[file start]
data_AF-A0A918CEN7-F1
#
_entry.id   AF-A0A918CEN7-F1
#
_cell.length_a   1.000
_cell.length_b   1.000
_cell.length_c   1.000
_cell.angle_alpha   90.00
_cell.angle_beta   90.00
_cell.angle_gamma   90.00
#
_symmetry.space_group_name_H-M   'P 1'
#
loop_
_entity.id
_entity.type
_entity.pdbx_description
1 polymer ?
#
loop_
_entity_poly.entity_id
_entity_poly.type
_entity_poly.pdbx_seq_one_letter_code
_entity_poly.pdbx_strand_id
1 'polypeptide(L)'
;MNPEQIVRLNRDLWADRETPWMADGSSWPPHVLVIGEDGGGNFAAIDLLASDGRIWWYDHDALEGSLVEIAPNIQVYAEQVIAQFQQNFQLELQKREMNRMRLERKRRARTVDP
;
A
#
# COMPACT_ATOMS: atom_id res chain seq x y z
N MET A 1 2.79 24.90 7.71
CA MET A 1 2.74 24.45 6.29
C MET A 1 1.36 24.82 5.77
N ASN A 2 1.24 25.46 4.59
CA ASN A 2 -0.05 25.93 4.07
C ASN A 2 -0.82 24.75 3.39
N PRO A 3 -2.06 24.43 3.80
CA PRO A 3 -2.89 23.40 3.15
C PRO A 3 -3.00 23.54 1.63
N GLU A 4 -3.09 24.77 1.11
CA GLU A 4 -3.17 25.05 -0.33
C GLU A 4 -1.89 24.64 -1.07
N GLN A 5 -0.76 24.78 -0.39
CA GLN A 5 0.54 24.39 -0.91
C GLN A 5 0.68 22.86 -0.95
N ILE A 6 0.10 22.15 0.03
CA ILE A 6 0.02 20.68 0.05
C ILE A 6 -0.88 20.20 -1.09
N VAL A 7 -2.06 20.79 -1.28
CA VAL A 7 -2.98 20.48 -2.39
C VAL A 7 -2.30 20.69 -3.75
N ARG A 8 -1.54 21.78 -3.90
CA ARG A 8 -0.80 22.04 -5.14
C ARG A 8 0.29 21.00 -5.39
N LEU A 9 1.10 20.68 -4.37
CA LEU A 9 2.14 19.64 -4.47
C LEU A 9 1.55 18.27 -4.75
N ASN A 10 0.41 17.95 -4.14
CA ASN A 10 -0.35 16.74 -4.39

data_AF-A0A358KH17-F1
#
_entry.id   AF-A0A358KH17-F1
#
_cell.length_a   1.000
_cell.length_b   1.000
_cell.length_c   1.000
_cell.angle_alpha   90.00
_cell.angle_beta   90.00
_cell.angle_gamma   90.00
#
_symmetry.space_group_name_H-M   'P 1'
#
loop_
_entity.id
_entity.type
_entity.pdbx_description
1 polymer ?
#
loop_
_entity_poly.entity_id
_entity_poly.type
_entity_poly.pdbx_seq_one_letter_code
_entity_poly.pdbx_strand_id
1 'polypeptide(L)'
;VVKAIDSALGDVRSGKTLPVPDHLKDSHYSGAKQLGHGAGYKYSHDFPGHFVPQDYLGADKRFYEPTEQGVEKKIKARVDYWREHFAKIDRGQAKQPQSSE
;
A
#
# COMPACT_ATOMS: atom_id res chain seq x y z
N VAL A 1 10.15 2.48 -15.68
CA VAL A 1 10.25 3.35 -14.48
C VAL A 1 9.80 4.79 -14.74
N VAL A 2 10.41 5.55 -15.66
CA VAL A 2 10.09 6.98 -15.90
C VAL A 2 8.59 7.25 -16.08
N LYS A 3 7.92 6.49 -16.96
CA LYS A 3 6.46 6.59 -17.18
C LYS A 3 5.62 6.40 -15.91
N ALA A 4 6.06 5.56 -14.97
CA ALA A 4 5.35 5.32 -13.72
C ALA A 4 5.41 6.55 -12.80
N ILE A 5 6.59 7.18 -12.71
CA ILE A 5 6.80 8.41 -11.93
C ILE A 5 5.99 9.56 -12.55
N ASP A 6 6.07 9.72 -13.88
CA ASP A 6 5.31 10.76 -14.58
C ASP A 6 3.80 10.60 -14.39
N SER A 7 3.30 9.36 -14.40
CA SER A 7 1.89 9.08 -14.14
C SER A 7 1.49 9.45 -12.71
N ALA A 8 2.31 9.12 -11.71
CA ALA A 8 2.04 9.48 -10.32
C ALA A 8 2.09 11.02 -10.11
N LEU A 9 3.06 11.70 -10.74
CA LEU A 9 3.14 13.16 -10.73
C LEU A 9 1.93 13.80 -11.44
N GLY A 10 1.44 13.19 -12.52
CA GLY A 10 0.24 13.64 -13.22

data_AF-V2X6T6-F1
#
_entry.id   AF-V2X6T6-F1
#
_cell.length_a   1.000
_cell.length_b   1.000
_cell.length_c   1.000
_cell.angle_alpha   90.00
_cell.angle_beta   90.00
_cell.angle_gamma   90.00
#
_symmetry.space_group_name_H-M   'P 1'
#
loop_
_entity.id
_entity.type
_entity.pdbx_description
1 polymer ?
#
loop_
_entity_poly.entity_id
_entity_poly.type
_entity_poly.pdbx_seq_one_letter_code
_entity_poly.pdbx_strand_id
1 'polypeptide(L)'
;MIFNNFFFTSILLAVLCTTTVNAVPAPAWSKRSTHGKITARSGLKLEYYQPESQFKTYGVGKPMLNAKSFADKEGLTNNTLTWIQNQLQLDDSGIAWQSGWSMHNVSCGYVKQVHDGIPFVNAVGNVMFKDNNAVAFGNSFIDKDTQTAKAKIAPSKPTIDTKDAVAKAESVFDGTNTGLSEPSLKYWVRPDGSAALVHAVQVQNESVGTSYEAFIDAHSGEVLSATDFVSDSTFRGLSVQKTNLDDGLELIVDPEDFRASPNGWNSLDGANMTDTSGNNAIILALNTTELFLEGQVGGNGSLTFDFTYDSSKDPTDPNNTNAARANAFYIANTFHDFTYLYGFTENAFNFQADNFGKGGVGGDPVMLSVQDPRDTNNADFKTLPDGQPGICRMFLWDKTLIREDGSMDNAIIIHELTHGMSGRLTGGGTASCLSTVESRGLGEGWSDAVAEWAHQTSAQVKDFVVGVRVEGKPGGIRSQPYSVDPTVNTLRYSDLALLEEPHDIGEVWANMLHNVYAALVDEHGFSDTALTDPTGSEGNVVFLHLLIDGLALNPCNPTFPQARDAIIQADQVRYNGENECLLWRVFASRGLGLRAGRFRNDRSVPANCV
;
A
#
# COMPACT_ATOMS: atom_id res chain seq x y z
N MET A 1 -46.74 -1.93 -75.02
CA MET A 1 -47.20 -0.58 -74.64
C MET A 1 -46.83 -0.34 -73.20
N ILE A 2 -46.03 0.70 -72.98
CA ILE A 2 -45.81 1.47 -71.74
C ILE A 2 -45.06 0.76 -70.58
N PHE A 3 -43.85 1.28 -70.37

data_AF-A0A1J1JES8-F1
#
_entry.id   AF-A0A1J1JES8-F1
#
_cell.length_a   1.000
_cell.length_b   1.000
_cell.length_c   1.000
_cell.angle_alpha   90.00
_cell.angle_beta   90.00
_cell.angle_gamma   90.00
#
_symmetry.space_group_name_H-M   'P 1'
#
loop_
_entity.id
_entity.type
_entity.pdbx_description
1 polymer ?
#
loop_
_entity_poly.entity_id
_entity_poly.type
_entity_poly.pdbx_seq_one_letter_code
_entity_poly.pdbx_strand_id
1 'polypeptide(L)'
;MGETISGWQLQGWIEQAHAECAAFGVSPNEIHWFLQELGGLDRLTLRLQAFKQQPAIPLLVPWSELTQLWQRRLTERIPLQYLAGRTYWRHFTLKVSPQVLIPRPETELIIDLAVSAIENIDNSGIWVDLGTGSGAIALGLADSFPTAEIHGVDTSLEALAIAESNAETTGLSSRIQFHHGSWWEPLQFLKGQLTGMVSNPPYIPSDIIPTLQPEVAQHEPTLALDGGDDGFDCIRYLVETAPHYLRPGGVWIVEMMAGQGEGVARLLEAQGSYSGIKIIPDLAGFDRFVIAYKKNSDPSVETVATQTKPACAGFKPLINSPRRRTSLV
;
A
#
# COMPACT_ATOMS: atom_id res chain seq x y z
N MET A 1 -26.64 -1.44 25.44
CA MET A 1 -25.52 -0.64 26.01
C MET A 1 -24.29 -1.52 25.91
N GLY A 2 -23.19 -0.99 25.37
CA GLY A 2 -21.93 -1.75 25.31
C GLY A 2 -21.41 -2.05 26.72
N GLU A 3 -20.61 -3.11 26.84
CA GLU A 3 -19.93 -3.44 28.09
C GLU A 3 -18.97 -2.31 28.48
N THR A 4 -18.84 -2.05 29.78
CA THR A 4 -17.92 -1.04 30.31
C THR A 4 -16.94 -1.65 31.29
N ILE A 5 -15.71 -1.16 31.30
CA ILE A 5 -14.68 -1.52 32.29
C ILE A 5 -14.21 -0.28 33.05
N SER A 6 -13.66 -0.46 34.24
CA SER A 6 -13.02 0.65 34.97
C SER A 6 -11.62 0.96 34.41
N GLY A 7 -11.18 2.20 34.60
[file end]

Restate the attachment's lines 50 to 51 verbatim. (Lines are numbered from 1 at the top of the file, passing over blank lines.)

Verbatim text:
CA VAL A 7 -2.98 20.48 -2.39
C VAL A 7 -2.30 20.69 -3.75